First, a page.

Message From The Director
Have you ever walked past a beautiful piece of art and thought “where did the artist get their inspiration from?” For centuries, artists have turned to nature for inspiration, and today, there are few places that offer more inspiration than your state parks. For beauty and reflection, state parks are natural spaces that motivate not only artists but all visitors.
Works of art have always played an important role in our parks, some more noticeable than others. Art in the parks is not a new idea, but one worth taking a closer look at with a different perspective.
There are the familiar and more traditional types of artwork, such as the paintings and various types of artwork you’ll find inside the mansions of Redcliffe and Rose Hill. These are the pieces that immediately demand and capture your attention when you enter a room. They connect you with the site and make you realize that art is timeless. You are captivated by the paintings and artifacts today, while recognizing that these same pieces of art help tell the story of the past.
Atalaya Arts and Crafts Festival
Perhaps the Atalaya Arts and Crafts Festival at Huntington Beach is one of the best venues to connect the past with the present. Atalaya itself does this. The picturesque, Moorish-style winter home of Anna Hyatt and Archer Huntington was Mrs. Huntington’s art studio and for more than three decades has hosted the annual Atalaya Arts and Crafts Festival, this year set for Sept. 26-28. The aesthetic beauty and history of Atalaya against the park’s background of natural beauty provides the perfect venue for more than 100 artists. The juried festival offers an opportunity for visitors to meet the artists and feel the inspiration that Mrs. Huntington felt long ago.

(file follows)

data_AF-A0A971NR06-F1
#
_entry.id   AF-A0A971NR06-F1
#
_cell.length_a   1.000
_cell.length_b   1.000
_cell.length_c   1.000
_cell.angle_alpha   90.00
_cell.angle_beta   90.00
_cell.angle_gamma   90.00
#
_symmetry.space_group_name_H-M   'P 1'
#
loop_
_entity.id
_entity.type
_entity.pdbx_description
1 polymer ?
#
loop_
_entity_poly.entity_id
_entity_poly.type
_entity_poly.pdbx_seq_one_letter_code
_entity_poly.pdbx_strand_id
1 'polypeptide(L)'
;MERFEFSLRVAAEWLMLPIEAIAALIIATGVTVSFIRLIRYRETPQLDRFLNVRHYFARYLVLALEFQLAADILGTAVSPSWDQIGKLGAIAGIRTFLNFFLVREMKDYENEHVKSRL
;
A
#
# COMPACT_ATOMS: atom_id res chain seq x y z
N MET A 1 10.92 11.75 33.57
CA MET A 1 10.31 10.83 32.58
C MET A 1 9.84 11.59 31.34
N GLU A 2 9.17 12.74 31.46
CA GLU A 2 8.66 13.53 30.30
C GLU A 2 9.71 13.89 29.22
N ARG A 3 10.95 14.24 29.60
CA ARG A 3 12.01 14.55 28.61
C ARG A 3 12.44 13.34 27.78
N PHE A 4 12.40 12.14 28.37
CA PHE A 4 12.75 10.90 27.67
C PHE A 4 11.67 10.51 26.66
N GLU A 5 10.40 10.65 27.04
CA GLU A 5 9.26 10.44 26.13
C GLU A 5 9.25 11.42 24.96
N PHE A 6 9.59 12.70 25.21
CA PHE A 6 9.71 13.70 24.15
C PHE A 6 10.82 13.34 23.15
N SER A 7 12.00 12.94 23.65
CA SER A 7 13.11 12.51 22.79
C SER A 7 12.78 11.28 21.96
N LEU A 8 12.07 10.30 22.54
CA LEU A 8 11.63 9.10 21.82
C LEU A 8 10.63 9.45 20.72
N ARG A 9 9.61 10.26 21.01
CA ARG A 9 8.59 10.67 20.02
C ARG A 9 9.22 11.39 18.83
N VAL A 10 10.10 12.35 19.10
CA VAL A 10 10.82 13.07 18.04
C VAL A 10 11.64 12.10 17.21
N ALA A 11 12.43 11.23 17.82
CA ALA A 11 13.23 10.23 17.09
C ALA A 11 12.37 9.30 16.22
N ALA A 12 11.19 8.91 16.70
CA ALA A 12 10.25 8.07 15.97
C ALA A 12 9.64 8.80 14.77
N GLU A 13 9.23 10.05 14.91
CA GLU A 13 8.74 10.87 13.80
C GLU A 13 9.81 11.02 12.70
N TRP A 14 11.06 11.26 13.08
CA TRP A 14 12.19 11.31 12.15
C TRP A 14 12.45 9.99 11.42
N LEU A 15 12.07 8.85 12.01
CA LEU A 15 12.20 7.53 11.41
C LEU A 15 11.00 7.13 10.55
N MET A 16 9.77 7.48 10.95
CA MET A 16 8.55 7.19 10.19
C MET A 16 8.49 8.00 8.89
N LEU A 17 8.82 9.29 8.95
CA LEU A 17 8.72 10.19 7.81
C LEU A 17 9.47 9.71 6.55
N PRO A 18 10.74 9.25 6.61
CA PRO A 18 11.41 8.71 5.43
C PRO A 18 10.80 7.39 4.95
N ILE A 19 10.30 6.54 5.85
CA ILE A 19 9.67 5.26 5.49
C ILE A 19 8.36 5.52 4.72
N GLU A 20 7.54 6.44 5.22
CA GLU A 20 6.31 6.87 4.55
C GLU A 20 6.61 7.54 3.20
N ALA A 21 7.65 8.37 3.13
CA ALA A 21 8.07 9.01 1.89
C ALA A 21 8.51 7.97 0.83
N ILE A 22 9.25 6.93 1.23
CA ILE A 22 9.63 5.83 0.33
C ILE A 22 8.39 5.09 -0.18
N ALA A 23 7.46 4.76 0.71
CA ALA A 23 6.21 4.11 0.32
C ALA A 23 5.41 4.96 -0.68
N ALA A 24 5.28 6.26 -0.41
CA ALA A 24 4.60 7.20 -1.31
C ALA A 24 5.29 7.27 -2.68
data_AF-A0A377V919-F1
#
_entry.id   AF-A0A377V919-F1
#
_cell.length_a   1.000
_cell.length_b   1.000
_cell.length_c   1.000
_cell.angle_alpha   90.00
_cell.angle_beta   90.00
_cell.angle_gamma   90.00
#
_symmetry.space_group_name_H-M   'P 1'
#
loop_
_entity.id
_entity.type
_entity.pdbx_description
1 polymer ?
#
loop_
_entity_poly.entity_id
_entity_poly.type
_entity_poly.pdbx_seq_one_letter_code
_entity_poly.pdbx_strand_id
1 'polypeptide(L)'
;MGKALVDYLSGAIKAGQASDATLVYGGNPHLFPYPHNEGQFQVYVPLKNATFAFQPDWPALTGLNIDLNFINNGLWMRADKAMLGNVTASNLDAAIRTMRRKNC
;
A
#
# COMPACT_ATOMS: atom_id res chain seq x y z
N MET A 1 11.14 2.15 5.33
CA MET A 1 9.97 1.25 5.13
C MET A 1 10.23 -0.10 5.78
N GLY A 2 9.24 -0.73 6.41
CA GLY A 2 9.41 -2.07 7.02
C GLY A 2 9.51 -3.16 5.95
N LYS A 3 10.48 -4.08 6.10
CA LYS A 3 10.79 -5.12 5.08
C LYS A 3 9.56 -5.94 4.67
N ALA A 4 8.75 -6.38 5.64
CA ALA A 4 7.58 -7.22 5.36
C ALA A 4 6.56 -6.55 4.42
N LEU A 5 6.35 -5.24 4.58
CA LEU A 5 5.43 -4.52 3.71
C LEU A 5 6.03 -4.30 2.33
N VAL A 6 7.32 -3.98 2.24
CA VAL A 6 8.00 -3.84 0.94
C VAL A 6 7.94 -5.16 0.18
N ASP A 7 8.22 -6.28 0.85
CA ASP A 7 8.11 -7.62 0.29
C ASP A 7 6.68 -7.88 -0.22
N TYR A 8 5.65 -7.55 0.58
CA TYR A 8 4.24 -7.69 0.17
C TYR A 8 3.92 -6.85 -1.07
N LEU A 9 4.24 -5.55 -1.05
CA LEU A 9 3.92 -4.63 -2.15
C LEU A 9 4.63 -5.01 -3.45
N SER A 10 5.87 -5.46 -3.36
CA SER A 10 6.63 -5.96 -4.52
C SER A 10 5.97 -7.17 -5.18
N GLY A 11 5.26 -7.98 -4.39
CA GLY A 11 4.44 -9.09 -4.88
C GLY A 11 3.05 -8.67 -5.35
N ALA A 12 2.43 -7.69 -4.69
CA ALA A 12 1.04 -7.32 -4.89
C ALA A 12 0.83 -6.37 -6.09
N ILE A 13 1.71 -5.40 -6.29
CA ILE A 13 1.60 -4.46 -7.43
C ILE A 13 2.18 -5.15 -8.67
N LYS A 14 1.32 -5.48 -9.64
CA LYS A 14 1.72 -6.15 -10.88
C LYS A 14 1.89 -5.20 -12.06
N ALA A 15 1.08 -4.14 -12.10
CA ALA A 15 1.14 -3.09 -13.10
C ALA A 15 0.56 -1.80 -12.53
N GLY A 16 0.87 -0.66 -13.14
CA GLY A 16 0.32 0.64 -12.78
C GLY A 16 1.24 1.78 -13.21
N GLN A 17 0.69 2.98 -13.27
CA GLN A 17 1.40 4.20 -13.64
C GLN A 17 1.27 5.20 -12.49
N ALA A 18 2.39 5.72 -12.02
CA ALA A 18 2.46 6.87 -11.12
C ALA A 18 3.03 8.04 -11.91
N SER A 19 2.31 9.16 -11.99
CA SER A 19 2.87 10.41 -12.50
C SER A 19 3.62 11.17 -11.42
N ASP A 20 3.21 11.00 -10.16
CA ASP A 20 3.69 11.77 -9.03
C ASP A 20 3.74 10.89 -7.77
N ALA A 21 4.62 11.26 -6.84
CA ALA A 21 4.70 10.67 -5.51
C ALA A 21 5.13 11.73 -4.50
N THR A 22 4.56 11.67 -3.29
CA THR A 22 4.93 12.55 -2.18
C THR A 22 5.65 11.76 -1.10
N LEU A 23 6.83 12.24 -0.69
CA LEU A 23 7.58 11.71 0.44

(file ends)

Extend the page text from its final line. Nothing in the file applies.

Mrs. Huntington’s work goes beyond the coast to the “Carolina Backcountry” where Huntington’s “Boy of the Waxaws” provides the centerpiece at Andrew Jackson State Park. The artwork, a larger than life statue of a young Andrew Jackson on horseback, appears to be right at home “watching” you as you share a spot that meant so much to him.
And then there’s the obvious, the natural beauty of our state that inspires the artist in all of us. Beauty can be found in so many places. Oftentimes we just need the right setting for inspiration. Your parks are those places. Places for inspiration, of reflection and beauty. All that is missing is you. Be an artist. Find your spot, and capture it. The perfect sunset through the tall pines, water falling from the rocks of the Blue Ridge, or the marsh just before dawn -- we all can be artists. The important thing is to capture that moment and make a memory that will last a lifetime.
Artist in Residence Program
If you are serious about being an artist, learn more about our Artist in Residence Program at several of our state parks. The program, now in its 12th year, encourages artists to interpret South Carolina’s state parks through their work. The program offers a one-week stay in a state park cabin to help the artist find inspiration through their park experience. Interested artists are invited to submit their applications by Wednesday, Oct. 31. For more information, contact Oconee State Park at 864-638-5353 or by email.
(This column was written in 2008, the Artist in Residence Program is currently coordinated through our Central Office. For more information call 843-734-0220.)
Be an artist, even if it’s just for you and your family. Our 75th anniversary celebration is a great time to “come out and play” and even be an artist!
See you in the parks!